As part of these landscape genetics studies, our intention was to investigate characteristics of the landscape that impact tiger movement and connectivity patterns today. For example, if we know that between 2 protected areas, there is a certain amount of forest, certain stretches of roads and some area of cities and towns, we can predict which landscape elements are bad or good for tiger movement. This work informs us that the main detriments to tiger movement are high density urban settlements and high traffic roads, both of which are likely to increase tremendously in the future due to the increasing development in India. Now, we hope that by modelling various scenarios based on this study, we may actually help in mitigating the effects of urbanisation on tiger populations.
"What is the point of all this work?", one could ask. All this data makes for a great story to narrate - but at the end of the day, why do we need to know all this? We must remember that we, humans, are the reason why tigers are reduced to occupying just 7% of the lands over which they once roamed. So I believe that it is our responsibility to work on saving this species, and I also believe that conservation and landscape genetic studies will provide important insights in this endeavour.
What got you interested in this field and what led you to begin your work on tigers?
I have always been fascinated by the natural world and population genetics. I found the idea of playing 'detective' using molecular tools to see patterns and answer questions about biological systems extremely appealing. I think the lure of getting closer and closer to the truth with better and more sophisticated scientific tools drove me to take up the field of conservation genetics.
As to how I began my work on tigers, it began with a paper on a global study of tiger populations that I had read just before I came to India after my post-doctoral studies. The study seemed to suggest that Indian tigers had low genetic variation in the context of the whole species. This seemed very odd, because nearly 60% of the world's tiger population is in India. So I jumped at the chance to work on tigers when Dr. Ullas Karanth approached me, wanting to work on the population genetics of tigers using genetic tools.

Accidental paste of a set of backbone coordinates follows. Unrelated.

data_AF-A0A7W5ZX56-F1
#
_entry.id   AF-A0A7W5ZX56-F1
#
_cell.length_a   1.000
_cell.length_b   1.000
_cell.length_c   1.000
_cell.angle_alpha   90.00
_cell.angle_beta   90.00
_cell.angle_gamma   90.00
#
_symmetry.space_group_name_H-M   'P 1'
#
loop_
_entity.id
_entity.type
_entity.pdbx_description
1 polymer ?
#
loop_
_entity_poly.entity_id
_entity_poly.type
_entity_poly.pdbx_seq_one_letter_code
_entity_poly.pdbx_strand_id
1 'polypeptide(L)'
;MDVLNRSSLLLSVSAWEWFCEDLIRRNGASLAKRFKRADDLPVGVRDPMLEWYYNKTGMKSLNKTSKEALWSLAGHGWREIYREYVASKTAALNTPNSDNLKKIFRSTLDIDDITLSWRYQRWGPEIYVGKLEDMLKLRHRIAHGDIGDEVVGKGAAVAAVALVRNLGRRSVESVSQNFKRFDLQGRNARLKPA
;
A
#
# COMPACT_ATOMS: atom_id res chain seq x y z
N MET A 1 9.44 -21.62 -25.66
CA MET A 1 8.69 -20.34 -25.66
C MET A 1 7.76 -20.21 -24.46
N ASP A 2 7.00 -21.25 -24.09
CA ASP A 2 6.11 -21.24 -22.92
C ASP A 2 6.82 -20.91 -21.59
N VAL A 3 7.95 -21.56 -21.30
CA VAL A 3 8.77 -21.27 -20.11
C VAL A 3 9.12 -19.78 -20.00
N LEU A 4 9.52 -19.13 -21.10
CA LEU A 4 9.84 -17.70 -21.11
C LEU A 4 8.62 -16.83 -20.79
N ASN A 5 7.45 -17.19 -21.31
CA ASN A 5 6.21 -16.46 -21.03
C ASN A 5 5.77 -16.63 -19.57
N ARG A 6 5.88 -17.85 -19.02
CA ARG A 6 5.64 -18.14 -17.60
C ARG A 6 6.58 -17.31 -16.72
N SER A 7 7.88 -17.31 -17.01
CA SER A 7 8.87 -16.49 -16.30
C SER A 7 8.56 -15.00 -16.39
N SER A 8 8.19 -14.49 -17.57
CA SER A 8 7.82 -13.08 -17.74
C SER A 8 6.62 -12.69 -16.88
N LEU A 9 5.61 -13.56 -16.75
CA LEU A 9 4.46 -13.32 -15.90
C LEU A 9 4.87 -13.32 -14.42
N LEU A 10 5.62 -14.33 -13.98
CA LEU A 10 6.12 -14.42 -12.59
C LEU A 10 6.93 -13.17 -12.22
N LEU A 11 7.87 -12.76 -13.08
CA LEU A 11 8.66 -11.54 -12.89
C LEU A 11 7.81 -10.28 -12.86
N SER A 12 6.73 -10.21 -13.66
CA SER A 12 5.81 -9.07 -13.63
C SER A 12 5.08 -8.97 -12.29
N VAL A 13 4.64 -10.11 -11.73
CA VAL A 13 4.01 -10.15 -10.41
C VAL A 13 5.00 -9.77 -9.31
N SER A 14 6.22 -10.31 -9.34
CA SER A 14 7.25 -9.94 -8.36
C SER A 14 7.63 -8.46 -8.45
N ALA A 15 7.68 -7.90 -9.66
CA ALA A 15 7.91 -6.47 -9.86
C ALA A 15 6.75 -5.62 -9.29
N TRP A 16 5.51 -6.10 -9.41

We were really lucky that during our study in Bandipur National Park, Dr. Ullas and his team were also doing camera-trap and photograph based population estimates at the same time. So, we had a genetics and camera-trap based estimate of population size for the same population. A comparison showed that the genetics and the camera-trap based estimates were concordant, giving us tremendous confidence in our methodologies. It was amazing to work with Dr. Ullas and his team - their ecological insights on tigers provided a great deal of help in our genetic studies.
With the methods we developed over the course of this work, we eventually were able to prove that for tigers, 60-70% of the genetic variation in the whole species was actually in the Indian subcontinent. A result that was very different from the one reported by the global study on tigers that initially piqued my interest.
Based on your group's work, what do you think are the most pressing issues in tiger conservation in India?
I believe that the most pressing issue in tiger conservation as of now is the lack of connectivity between existing tiger populations. We need to find a balance between maintaining India's biodiversity along with its development initiatives. We cannot obviously halt development, but I believe we can make informed choices on urbanisation. We could, through our studies, evaluate whether preserving a particular corridor and urbanising other areas could maintain connectivity between tiger populations. Another important issue that is likely to come up in the future is human-tiger conflict. The last two years have seen many instances of tigers leaving protected areas, and we are likely to require technology mediated monitoring to address this issue.
Poaching is also a big concern for tiger conservation. Trade in wildlife is known to be the third largest illegal trade globally, and a lot of tiger poaching supplies this business. We have done some work on tracing poached leopard parts, and are currently exploring potential collaborations for more work on geographical assignment of confiscated tiger parts in the future.